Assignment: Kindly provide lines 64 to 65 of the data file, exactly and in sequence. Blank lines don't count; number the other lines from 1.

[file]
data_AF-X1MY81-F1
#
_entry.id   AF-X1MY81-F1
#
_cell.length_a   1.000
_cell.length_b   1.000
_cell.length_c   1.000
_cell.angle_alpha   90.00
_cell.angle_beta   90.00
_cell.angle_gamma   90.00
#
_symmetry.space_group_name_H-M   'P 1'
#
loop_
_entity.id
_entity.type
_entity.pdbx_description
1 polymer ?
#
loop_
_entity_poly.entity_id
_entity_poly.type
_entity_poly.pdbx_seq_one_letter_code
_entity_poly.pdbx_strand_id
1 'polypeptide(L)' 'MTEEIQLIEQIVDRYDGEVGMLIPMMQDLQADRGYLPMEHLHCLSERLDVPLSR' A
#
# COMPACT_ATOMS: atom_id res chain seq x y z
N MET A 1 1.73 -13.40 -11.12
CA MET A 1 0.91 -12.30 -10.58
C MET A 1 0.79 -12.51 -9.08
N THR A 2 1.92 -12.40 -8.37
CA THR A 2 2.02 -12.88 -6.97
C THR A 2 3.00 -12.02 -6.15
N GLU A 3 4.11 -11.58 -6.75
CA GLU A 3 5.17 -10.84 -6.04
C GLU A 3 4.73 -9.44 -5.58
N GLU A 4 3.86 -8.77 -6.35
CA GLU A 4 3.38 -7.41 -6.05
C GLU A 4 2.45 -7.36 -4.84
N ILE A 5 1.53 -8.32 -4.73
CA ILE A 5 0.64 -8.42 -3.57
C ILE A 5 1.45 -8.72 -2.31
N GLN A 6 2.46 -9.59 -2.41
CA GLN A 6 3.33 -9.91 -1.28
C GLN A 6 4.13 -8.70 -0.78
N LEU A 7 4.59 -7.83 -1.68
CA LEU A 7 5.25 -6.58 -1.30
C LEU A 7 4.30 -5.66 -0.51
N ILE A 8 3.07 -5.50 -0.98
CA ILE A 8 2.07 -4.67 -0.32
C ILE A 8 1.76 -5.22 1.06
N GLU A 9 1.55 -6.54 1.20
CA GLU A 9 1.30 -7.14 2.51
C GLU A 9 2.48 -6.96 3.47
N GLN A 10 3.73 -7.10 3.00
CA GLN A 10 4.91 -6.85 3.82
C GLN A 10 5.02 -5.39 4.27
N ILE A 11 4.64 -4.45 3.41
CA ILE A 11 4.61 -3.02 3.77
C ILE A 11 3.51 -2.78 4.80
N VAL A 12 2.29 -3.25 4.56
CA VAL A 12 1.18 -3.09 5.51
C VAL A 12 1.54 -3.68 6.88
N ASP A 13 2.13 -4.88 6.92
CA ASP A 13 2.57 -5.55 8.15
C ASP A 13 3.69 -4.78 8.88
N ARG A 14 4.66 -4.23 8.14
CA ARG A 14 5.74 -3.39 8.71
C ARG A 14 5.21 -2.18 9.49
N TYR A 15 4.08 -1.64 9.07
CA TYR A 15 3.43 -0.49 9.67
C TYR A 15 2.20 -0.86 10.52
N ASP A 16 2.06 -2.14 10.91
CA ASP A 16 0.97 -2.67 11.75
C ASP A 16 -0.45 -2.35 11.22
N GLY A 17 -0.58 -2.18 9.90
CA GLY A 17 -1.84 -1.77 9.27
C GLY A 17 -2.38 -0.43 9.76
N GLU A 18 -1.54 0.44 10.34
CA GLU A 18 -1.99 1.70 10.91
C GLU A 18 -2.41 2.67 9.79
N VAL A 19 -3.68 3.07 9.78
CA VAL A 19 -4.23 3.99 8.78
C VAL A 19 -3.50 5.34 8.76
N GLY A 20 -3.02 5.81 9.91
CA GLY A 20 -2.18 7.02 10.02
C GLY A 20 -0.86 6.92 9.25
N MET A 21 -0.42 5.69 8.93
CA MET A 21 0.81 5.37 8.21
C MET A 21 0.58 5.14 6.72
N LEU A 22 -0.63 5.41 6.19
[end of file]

N ASP A 13 2.13 -4.88 6.92
CA ASP A 13 2.57 -5.55 8.15